Frequently Asked Questions


Below are some questions children frequently ask Peggy when she visits schools and libraries.  If you don't find an answer to what it is you'd like to know, please provide it through the Feedback and Questions page. Peggy welcomes your questions and will try to reply as soon as possible.


Q. Are the characters in your books based on real people, or do you just make them up?

A. None of my characters are based on people I know.  They all came out of my imagination.  By the time I am finished a book, however, I really do "know" them.  I live with them in my head for a long time. I know the things they like, the things that drive them crazy, how they feel about the other people in their families, even what they like to eat.  That's the only way a writer can make their characters "real" to their readers.

Q. Why do you write for children?

A. Some of my favourite people are children.  I find them fascinating, and I love their honesty and openness.  I was very lucky to grow up in a big, happy family.  We had no television when I was a child, but there were lots of fun things to do - hikes and picnics in all types of weather, games to play, books to read.  I remember going for drives in the family car and all of us singing at the top of our lungs.  I often go back to those years when I am writing.

Q. Will you ever write a sequel to "Sky Lake Summer?"  I want to know what happens to Jane and Jess after the summer.

A.     Well, I don't say I never will, but by the time one of my books comes out and children are asking for more of the same, I am usually well into writing my next book.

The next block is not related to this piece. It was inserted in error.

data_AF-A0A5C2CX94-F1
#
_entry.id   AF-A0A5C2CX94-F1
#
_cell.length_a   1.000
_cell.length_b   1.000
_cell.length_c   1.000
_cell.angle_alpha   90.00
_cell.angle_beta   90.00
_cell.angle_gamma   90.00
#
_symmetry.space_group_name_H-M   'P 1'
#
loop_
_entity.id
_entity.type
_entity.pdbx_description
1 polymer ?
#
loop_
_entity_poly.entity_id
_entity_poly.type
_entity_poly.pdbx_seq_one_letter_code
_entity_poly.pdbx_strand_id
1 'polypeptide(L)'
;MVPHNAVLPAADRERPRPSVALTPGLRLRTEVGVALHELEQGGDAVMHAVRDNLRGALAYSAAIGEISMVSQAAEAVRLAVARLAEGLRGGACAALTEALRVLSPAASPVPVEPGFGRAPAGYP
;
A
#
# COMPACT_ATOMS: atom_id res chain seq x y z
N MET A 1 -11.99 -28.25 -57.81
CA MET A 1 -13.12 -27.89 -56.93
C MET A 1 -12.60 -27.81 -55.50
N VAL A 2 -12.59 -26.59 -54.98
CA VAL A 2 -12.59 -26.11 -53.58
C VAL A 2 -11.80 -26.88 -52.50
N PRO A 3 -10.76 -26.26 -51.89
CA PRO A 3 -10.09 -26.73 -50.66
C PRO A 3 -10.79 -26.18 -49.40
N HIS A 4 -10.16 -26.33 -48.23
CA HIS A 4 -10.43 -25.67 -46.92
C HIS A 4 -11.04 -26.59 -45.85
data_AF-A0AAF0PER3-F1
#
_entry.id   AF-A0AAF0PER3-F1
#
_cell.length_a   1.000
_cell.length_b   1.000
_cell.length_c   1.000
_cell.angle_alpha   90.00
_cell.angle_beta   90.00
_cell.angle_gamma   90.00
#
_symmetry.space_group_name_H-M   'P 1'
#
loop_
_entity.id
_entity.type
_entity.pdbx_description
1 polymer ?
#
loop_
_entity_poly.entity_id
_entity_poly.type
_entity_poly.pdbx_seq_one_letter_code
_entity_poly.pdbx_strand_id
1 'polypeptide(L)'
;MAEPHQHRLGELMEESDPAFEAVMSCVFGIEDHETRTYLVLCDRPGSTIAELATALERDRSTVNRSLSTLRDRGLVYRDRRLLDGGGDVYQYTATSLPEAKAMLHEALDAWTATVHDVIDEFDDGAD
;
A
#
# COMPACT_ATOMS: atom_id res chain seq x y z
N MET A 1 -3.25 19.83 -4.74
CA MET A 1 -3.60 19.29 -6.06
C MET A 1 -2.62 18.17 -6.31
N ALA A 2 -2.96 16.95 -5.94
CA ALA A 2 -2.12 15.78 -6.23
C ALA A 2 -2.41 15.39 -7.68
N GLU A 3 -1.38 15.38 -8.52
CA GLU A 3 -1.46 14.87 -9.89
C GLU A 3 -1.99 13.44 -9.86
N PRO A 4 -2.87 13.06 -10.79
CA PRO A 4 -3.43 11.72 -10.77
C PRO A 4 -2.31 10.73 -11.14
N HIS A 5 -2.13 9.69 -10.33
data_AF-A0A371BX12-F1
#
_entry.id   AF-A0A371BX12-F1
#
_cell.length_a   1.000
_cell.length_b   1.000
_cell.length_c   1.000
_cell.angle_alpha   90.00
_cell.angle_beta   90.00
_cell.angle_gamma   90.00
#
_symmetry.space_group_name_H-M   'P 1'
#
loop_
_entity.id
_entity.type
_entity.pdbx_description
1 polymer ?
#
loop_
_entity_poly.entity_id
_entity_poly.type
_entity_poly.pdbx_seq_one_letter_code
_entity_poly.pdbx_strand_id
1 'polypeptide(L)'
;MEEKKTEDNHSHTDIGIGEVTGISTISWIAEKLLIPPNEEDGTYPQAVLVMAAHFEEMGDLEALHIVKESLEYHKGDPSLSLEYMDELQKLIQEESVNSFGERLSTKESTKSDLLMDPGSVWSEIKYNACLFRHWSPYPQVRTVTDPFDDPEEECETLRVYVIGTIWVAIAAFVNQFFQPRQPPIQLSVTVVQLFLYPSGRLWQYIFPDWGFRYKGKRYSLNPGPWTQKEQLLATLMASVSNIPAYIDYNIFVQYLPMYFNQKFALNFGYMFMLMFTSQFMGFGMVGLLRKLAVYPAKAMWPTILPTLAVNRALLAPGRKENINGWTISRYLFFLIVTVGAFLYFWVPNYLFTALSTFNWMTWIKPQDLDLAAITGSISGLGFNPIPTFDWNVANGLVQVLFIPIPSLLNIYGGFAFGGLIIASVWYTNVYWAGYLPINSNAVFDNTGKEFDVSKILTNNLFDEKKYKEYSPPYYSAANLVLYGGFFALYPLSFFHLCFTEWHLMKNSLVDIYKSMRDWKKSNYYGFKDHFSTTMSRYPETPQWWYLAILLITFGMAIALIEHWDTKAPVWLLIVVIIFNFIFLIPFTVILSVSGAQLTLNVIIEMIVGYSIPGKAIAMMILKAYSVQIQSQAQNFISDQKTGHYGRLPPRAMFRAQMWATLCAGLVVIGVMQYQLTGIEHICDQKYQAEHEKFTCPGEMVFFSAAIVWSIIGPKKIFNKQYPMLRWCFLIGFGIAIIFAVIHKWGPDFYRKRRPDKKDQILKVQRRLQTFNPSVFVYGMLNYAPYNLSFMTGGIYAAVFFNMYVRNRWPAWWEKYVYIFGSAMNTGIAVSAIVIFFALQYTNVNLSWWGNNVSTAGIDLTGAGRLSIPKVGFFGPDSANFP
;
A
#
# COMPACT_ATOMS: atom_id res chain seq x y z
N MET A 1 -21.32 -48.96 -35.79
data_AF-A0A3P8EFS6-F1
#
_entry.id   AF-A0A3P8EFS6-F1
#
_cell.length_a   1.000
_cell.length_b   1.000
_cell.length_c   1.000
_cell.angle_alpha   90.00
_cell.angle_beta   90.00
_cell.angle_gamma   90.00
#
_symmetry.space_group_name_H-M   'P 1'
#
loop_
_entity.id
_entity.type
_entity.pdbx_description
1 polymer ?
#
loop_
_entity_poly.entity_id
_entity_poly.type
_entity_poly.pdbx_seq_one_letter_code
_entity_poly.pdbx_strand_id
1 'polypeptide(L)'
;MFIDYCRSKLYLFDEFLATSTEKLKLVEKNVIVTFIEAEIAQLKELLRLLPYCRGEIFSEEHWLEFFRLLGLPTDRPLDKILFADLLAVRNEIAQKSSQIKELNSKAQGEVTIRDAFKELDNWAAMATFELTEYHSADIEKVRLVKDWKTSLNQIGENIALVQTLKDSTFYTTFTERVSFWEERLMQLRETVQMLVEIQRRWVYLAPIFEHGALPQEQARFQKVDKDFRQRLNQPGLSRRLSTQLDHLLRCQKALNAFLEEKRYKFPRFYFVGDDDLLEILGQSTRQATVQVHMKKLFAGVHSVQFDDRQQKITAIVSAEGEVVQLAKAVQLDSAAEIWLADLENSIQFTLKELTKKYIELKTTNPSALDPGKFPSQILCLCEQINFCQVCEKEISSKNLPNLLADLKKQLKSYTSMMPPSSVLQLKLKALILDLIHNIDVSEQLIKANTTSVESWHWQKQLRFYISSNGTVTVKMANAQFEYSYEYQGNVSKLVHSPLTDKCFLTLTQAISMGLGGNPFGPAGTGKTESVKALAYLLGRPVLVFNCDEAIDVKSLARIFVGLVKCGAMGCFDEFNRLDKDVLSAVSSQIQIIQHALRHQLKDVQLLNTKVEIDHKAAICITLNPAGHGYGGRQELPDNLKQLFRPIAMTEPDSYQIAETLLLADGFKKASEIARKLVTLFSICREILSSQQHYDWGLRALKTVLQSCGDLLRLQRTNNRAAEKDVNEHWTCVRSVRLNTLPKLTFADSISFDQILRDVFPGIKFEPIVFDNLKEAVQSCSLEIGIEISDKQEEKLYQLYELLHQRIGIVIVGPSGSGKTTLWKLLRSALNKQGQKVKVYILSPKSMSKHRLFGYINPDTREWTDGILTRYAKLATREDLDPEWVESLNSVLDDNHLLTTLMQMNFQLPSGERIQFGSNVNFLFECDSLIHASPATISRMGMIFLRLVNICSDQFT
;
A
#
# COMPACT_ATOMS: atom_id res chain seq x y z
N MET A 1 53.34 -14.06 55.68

Q.  How can I become a writer?

A. I believe you become a writer by writing.  You need to know how to spell, of course, and how to write a proper sentence.  But, in the end, after the grammer lessons, you have to get down to putting the words on the page. Look for opportunities to practise your writing, even if it's just a letter to Grandma (you can bet she'll save it!).  Check any magazines for young people at the library to see if they publish children's writing.  Once in a while you may even discover a writing competition that you could enter. (That's how I started.)  Write letters to the editor of the local paper.  Perhaps the editor is looking for someone to start a column of school news.  Small newspapers are great for this sort of thing. Does your school or youth organization have a newsletter?  Maybe you could write a short article for it.  Always ask the editor first what sort of material he/she is looking for.   And don't give up.  Believe in yourself, and keep writing. 


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